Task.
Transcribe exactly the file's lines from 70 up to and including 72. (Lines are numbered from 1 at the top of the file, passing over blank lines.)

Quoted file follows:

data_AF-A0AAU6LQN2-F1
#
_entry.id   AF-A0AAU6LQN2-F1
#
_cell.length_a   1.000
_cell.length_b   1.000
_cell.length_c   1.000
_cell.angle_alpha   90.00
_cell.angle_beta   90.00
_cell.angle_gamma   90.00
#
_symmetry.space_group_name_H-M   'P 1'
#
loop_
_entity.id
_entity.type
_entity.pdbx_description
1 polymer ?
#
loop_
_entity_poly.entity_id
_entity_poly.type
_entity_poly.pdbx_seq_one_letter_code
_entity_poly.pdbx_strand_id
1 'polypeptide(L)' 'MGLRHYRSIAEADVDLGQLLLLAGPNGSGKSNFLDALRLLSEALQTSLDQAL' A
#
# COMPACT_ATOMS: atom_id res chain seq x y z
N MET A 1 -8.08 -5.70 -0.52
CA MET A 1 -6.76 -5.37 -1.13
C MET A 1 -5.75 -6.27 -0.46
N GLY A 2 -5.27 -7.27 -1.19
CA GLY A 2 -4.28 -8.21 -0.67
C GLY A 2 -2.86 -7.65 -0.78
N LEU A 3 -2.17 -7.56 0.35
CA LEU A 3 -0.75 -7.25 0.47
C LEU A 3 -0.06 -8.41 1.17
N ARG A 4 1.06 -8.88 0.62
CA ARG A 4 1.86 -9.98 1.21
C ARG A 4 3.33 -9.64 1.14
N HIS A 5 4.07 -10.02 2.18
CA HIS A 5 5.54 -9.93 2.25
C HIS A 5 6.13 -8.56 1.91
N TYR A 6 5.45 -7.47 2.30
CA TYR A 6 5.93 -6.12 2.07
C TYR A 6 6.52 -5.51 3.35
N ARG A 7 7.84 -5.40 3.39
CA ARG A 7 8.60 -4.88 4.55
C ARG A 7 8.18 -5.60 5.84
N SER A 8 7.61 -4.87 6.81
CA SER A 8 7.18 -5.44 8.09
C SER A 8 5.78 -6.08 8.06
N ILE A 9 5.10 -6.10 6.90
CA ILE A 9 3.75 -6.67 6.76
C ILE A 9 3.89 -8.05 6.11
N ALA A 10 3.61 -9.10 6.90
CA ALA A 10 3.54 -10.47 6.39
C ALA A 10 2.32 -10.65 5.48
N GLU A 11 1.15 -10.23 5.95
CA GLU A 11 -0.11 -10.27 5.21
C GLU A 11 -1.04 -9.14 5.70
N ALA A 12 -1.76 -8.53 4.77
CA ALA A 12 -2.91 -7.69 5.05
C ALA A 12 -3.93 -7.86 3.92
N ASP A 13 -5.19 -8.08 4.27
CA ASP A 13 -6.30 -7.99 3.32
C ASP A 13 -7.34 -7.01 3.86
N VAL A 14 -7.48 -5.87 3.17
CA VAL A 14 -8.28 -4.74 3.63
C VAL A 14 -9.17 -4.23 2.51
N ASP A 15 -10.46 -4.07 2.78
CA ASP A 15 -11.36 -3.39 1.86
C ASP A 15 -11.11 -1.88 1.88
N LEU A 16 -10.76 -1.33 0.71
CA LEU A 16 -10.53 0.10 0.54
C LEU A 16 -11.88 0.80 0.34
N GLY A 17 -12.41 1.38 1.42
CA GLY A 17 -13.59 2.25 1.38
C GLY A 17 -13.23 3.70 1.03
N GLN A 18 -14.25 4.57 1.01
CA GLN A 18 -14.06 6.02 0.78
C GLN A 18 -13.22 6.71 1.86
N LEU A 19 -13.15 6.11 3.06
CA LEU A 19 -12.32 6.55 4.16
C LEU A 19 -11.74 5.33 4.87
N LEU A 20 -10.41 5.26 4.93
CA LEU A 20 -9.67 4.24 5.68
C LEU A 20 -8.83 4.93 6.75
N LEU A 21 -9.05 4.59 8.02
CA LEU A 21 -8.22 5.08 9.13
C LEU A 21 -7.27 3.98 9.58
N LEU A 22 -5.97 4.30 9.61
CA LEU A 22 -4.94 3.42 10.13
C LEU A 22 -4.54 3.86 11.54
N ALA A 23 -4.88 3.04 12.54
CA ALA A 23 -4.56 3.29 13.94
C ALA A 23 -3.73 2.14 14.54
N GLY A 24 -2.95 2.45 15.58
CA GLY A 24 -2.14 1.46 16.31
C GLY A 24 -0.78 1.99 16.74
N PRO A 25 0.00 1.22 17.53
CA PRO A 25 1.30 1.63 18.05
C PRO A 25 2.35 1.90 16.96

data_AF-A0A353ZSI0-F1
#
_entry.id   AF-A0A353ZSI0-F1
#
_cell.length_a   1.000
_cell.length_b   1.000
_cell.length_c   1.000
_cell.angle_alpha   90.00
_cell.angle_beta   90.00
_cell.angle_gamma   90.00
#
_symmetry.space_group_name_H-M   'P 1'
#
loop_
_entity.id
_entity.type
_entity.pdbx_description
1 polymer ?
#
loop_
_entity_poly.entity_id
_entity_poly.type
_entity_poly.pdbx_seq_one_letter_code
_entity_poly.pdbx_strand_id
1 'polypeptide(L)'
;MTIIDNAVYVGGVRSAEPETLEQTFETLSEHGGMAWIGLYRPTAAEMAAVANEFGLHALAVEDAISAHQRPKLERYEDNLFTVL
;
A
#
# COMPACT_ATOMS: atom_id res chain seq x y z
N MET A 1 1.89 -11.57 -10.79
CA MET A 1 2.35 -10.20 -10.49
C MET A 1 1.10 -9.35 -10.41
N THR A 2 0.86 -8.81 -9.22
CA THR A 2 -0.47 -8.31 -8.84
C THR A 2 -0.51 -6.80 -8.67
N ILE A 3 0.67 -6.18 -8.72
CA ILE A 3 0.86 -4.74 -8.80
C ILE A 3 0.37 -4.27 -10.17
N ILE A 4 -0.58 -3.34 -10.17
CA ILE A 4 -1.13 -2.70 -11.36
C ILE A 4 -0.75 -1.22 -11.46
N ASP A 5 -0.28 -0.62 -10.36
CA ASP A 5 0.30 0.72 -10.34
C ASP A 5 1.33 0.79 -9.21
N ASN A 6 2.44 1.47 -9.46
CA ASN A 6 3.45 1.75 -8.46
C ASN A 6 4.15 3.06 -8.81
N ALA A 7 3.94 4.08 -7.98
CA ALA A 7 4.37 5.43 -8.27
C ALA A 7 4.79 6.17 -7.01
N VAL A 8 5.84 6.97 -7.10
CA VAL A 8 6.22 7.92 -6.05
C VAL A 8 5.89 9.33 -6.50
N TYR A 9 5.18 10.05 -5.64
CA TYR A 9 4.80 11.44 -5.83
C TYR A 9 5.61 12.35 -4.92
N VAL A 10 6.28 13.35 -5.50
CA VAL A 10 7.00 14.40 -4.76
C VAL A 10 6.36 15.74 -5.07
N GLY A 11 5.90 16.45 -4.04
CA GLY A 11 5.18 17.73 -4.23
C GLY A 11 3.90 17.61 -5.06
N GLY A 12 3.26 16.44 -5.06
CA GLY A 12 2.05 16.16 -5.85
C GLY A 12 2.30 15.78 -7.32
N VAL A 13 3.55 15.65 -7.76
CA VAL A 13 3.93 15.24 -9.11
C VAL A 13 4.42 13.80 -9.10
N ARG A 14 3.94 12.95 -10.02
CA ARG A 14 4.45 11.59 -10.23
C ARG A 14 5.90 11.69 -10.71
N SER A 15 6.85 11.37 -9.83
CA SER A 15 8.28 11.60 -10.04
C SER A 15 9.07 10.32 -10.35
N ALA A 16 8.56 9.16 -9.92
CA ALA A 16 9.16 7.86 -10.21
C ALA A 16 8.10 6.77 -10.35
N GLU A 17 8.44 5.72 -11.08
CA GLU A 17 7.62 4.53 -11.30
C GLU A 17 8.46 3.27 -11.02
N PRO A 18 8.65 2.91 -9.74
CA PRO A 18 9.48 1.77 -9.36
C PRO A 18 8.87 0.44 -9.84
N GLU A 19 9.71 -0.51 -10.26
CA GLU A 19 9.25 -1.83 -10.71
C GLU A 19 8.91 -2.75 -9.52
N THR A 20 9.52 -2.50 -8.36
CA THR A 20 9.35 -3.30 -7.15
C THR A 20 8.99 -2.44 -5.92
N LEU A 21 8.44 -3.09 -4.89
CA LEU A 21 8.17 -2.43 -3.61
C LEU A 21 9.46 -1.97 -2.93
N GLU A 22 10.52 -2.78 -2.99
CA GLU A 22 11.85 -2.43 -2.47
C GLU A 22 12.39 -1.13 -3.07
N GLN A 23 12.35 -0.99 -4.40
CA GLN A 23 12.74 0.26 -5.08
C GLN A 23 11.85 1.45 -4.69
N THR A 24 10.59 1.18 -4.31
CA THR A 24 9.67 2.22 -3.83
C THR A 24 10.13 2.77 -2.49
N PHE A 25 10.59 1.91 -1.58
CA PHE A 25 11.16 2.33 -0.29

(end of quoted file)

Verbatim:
N ASP A 15 -10.46 -4.07 2.78
CA ASP A 15 -11.36 -3.39 1.86
C ASP A 15 -11.11 -1.88 1.88